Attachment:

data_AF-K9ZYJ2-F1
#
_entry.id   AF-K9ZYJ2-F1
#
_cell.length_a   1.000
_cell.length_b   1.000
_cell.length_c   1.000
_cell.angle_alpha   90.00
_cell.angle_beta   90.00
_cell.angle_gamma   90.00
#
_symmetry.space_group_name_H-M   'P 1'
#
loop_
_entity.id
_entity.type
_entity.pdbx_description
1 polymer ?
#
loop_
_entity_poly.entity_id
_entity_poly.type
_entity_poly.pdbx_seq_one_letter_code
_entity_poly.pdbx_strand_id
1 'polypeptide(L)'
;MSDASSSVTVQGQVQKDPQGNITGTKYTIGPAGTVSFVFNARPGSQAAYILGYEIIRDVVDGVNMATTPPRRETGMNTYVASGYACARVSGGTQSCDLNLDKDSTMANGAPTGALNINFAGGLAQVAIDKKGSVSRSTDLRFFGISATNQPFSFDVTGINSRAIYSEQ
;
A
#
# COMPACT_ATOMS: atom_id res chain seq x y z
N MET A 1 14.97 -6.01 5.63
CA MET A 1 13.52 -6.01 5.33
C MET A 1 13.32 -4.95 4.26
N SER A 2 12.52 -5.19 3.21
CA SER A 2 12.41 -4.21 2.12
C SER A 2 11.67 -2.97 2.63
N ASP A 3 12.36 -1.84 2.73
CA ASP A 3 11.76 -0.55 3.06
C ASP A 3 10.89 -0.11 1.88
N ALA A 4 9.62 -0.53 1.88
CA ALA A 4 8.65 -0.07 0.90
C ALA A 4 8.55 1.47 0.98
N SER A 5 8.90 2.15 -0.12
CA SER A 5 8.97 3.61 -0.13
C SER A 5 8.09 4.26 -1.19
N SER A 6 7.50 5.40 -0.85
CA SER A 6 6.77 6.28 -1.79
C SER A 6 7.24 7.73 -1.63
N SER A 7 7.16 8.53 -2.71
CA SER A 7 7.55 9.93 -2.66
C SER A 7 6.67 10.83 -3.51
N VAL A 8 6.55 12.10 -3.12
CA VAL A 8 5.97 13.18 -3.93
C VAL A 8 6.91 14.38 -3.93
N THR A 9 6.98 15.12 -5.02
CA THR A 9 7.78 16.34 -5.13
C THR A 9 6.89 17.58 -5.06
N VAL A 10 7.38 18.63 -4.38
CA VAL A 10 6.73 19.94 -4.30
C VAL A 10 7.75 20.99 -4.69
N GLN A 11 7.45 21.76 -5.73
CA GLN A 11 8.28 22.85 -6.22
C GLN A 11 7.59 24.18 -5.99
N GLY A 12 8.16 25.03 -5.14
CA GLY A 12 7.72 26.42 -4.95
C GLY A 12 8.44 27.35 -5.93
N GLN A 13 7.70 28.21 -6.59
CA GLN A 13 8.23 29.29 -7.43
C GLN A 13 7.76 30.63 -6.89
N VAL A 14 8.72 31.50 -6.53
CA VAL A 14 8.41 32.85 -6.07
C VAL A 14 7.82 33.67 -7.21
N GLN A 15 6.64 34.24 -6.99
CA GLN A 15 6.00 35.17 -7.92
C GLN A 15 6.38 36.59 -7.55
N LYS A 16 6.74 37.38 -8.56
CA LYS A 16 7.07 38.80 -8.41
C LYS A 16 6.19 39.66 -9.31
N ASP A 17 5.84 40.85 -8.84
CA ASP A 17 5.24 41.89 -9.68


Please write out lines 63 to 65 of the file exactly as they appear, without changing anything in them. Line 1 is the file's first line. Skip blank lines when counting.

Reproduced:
C GLN A 11 7.59 24.18 -5.99
N GLY A 12 8.16 25.03 -5.14
CA GLY A 12 7.72 26.42 -4.95